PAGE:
Tufaic Mohamed Nagi is a 33-year old U.S. citizen who has lived in the United States since he was born. He resides in Dearborn, Michigan, and works as a truck driver. His wife is currently stranded in war-torn Yemen, and his family has been torn apart by Trump's Muslim Ban. Tufaic is a plaintiff in Dobashi v. Trump.
In 2005, Tufaic married his wife, Alshaibah, in Yemen. Following their wedding, she continued to live there and he would travel between the U.S. and Yemen to support his family. They have an 11-year-old son, Mohamed, who is also a U.S. citizen. In 2016, Tufaic applied for a visa to bring his wife to the U.S. so she could be safe from the escalating war and humanitarian crisis in Yemen. His wife's petition was granted, and she travelled to the U.S. Embassy in Djibouti for her interview in October 2017. Following her interview, a consular officer told her that her file was complete and that her visa was approved, and provided her with a notice stating that the visa was approved. Four months later, in March 2018, after the Supreme Court lifted the lower courts' stay and allowed the Muslim Ban to go into effect, the embassy contacted Alshaibah and issued her a refusal letter informing her that her visa application had been refused because of the Muslim Ban.
"I've been through a lot for the past four years, struggling, and trying to get my wife here and reunite my family. I'm praying every day. I've done everything that I can."
Like so many other Yemeni-American families, Alshaibah was put in the terrible situation of having to return to Yemen due to financial hardship and the high cost of living in Djibouti. Tufaic has exhausted his savings and borrowed money from friends and family over the course of his wife's visa process. She currently lives in an area of Yemen controlled by a militia group and fears for her life. He has not seen her since his last trip to Yemen in 2014, and she hasn't seen their son Mohamed since 2015, when he was only 7 years old.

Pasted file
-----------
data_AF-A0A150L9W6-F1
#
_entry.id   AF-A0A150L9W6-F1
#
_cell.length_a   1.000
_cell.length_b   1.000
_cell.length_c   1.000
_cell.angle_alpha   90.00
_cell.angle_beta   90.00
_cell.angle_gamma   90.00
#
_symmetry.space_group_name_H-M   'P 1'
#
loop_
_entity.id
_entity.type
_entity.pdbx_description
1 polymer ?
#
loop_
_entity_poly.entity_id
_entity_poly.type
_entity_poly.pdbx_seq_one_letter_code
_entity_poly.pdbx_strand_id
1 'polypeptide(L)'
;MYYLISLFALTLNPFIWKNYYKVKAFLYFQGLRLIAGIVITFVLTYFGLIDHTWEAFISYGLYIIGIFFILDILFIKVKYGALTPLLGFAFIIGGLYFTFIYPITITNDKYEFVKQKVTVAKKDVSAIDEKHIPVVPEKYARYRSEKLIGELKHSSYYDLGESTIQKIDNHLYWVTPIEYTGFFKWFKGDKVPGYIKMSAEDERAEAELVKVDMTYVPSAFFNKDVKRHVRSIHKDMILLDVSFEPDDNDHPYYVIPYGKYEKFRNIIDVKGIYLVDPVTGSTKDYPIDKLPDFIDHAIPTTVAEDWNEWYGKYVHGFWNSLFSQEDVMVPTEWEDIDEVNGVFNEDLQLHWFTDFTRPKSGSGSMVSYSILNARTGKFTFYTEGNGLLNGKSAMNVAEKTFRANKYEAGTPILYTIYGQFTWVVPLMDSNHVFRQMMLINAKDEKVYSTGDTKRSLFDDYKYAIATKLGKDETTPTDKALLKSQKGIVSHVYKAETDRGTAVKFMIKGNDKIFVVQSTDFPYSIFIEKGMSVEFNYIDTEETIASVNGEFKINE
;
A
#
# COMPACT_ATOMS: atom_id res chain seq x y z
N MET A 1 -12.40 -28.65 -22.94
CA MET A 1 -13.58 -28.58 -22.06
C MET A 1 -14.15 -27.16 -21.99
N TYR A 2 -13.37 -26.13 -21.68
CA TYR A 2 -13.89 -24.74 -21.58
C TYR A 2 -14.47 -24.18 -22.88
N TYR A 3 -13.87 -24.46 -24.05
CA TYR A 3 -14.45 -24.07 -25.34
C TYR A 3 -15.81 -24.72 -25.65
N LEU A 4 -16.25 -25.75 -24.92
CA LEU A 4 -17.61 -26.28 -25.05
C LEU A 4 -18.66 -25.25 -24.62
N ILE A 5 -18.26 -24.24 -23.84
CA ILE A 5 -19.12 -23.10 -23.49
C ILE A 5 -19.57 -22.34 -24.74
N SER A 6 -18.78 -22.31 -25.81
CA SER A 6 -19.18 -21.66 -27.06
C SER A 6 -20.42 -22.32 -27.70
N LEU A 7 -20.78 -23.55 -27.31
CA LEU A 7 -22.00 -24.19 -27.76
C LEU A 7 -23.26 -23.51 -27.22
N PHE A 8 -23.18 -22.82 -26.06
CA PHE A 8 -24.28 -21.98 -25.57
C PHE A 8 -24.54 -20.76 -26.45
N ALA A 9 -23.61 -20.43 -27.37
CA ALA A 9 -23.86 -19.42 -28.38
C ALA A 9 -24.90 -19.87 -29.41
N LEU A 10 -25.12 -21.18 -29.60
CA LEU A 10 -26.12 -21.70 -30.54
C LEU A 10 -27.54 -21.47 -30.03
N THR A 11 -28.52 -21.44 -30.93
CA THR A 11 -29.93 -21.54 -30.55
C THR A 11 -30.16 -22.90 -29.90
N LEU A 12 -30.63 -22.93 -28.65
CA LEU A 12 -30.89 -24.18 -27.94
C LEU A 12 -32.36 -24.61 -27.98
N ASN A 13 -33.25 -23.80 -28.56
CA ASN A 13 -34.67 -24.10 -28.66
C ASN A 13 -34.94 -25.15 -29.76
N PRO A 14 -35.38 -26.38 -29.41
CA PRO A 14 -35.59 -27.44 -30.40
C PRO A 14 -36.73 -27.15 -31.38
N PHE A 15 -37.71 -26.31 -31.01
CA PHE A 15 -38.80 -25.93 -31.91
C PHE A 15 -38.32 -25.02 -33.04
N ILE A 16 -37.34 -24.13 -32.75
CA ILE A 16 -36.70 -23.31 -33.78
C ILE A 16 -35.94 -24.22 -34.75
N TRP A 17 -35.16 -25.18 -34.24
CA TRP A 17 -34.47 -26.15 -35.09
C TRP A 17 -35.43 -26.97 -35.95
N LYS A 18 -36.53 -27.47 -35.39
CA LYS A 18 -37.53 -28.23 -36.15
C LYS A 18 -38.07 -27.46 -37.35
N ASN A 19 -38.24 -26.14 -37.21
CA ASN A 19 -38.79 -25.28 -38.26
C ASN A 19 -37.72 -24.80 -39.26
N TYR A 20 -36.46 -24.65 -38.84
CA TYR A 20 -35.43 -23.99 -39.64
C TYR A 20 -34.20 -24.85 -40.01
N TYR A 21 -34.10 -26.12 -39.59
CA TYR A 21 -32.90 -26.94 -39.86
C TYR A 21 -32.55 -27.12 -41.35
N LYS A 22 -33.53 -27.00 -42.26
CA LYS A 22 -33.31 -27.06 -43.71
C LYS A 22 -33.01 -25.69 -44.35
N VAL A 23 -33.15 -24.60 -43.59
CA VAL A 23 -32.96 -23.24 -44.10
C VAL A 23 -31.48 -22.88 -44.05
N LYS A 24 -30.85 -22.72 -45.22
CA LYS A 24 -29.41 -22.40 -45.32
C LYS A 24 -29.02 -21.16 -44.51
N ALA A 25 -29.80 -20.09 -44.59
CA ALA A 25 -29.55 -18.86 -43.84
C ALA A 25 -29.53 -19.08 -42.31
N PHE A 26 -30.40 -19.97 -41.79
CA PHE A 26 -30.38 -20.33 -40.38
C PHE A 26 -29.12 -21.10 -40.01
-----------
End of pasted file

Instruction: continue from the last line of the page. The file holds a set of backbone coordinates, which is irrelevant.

Tufaic speaks of the difficulty of being a single father raising his son while working a job that requires him to be away from home at times. Tufaic's mother and other relatives help him take care of his son, but still, Mohamed is deeply impacted by his mother's absence. Before the Ban, Tufaic described Mohamed as always happy, laughing, joking, and very social. Now, he is much more introverted.
"He's always asking her 'when are you coming? Why is this taking so long?' I have to give him all these excuses. I have to tell him about the Ban and really difficult things. It's very hard to explain to an 11-year old kid," Tufaic shares. "It really hurts me. When there are parent-teacher conferences or major moments like graduation, he says, 'I wish my mom was here.'"
When asked why the fight must continue against the Muslim Ban, Tufaic said people need to keep talking about the families like his that are struggling because of this policy: "The government is separating kids from their mothers and fathers. It's too hard to have to explain to my son why his mother cannot come here. Today, it is the Muslim Ban, but tomorrow it might be something even worse."
Today, Tufaic and Mohamed are waiting for their wife and mother to join them in the United States.